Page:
E-Business Supply Chains Drivers, Metrics, and ERP Integration

E-Business Supply Chains Drivers, Metrics, and ERP Integration

Jean C. Essila (Northern Michigan University, USA)
Copyright: © 2018 |Pages: 12
DOI: 10.4018/978-1-5225-2255-3.ch464
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Abstract

The world of business is witnessing the emergence of electronic supply chains (e-SC). As more business is performed via the Internet, e-SCs are becoming an integral part of supply chain management SCM). With business via the Internet requiring different fulfillment approaches, traditional drivers of regular supply chains are no longer adequate for explaining how e-SC performance is driven. The task of SC professionals is more complicated than ever. This situation often leads to unsatisfied customers, which can force companies to close their doors. Therefore, understanding e-SCM performance drivers and their integration with ERP becomes a necessity. Little attention has been devoted to SCM performance driver evaluation. This article discusses the performance drivers of e-SCs and their integration with ERPs. SCM is among the most important factors to organizational success. Effective SCM can enhance competitiveness and increase profitability. Nevertheless, SCM professionals and other actors must understand the factors that undergird driver performance.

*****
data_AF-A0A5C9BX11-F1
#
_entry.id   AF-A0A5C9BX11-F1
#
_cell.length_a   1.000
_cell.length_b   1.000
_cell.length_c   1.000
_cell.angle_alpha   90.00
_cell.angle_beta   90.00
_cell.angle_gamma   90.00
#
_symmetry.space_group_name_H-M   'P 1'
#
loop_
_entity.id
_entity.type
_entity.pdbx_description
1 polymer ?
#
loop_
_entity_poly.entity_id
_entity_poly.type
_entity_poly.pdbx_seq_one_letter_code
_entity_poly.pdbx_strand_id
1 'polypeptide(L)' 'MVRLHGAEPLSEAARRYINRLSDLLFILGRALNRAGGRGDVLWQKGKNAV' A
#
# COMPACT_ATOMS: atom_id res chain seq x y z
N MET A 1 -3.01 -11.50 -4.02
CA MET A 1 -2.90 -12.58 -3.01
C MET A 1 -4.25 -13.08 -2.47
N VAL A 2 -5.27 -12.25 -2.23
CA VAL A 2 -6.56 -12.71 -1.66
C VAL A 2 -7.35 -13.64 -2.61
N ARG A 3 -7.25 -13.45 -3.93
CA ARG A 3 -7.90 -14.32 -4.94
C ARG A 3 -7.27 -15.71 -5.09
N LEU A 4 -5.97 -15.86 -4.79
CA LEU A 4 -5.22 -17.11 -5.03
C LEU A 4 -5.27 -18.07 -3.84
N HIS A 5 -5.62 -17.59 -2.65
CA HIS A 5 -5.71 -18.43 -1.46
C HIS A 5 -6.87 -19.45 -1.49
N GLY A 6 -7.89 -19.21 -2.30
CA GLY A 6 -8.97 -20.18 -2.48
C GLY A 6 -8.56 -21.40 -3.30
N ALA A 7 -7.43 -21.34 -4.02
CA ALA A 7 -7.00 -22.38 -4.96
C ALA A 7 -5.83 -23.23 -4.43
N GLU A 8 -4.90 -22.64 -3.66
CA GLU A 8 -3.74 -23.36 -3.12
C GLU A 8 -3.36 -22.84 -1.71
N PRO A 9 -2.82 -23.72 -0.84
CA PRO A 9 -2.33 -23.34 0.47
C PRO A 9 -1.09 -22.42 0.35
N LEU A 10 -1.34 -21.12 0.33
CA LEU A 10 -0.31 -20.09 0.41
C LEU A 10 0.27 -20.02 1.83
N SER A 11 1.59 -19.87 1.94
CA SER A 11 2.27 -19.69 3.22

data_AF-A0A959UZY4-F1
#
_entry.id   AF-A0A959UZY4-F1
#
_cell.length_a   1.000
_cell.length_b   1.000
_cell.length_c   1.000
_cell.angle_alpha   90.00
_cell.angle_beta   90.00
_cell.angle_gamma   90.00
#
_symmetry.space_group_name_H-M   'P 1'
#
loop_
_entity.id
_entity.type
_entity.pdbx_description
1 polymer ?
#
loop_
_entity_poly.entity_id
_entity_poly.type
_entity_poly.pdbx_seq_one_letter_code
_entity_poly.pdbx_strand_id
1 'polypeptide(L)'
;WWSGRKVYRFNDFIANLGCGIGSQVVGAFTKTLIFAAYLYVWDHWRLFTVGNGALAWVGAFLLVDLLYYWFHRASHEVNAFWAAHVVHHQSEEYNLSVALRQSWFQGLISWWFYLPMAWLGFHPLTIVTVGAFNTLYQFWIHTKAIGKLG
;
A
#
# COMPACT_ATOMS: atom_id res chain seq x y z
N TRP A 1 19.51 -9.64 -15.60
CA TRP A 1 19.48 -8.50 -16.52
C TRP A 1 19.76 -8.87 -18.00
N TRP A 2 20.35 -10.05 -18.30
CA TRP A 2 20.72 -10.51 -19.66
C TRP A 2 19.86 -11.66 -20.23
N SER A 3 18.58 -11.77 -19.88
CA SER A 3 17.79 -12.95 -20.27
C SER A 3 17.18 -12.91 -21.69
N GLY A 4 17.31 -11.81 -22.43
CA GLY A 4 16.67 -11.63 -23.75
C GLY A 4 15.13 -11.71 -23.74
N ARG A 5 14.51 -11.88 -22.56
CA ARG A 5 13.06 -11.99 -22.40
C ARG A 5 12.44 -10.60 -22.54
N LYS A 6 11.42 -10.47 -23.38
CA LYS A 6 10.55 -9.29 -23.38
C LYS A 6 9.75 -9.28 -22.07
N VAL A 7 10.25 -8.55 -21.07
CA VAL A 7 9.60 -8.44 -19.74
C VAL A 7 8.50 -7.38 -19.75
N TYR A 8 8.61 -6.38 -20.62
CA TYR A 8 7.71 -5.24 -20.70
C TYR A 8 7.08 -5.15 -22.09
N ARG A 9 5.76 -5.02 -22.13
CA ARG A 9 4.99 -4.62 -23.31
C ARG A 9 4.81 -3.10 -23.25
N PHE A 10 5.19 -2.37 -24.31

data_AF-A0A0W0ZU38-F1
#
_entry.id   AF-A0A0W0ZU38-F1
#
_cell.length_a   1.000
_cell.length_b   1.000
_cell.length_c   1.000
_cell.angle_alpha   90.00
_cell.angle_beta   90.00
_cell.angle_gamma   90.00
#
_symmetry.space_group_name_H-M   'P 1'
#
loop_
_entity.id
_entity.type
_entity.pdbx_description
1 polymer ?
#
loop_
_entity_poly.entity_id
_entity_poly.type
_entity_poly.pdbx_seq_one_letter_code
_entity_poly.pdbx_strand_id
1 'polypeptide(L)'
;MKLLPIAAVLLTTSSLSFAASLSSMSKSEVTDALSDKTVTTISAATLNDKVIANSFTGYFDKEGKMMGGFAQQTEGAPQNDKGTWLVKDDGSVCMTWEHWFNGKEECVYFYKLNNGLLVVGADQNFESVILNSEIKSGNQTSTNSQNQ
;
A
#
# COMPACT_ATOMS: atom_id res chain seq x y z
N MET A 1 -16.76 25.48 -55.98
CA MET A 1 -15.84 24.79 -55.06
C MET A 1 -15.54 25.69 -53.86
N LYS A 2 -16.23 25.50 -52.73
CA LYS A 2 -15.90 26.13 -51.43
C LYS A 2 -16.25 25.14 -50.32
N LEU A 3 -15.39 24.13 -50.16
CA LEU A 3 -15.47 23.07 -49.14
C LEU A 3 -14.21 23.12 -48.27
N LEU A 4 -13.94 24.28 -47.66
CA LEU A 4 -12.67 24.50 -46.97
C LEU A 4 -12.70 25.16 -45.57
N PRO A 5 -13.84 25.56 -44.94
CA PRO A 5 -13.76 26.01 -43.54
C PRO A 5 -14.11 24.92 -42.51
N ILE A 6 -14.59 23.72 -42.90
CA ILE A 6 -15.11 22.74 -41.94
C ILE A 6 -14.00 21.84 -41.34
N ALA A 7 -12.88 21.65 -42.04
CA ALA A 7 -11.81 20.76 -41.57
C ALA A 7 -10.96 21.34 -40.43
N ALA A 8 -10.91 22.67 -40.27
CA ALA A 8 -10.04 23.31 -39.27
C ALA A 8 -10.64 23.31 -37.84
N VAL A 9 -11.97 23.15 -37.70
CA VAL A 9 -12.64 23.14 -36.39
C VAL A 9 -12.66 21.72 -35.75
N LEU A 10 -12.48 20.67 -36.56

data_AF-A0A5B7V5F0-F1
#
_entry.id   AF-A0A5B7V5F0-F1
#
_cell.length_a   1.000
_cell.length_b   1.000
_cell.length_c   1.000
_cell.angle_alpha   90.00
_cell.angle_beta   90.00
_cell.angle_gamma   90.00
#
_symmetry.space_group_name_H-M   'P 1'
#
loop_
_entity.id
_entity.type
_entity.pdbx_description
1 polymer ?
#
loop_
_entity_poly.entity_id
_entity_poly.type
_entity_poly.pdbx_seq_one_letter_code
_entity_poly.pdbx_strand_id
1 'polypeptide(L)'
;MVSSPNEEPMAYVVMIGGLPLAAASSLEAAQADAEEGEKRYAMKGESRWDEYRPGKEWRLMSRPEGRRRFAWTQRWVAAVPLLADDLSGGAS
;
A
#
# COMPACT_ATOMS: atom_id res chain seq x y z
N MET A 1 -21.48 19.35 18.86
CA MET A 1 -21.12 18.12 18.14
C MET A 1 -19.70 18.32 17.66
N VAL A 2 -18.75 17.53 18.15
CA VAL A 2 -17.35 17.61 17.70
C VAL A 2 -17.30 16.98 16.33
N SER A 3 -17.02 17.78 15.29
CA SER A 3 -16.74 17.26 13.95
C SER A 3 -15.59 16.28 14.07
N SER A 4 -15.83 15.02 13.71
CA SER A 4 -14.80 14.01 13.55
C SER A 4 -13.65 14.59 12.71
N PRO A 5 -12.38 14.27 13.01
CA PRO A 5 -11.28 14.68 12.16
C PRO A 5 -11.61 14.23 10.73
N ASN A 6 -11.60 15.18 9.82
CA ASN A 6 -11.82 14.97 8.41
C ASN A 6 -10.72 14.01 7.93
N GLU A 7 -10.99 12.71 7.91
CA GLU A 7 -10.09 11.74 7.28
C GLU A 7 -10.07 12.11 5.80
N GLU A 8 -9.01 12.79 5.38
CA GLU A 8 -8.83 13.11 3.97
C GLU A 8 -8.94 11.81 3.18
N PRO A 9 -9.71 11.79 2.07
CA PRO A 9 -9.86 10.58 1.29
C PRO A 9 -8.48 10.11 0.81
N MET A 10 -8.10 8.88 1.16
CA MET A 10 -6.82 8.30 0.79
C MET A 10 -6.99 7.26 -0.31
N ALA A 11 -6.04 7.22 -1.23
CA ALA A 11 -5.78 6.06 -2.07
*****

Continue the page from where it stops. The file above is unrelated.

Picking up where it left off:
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Introduction

The world of business is witnessing the emergence of electronic supply chains (e-SC or e-supply chain). The Internet has radically changed the nature of supply chains at its core (Sambasivan, Mohamed, & Nandan, 2009). In fact, as more business is performed via the Internet, e-SCs are becoming an integral part of supply chain management (SCM; Gunasekaran, Patel, & Tirtiroglu, 2001; Sambasivan et al., 2009). Businesses are becoming supply chain-sensitive organizations. With business via the Internet requiring different fulfillment approaches, traditional drivers of regular supply chains are no longer adequate for explaining how and to what extent e-SC performance is driven (Sambasivan et al., 2009). E-commerce offers consumers more buying options than traditional business. Buyers can instantly compare prices, product attributes, and delivery parameters. As a result, customers have become increasingly demanding. The task of supply chain professionals is more complicated than ever because e-SCs rely on ERP software. This situation often leads to unsatisfied customers, which can force companies to close their doors.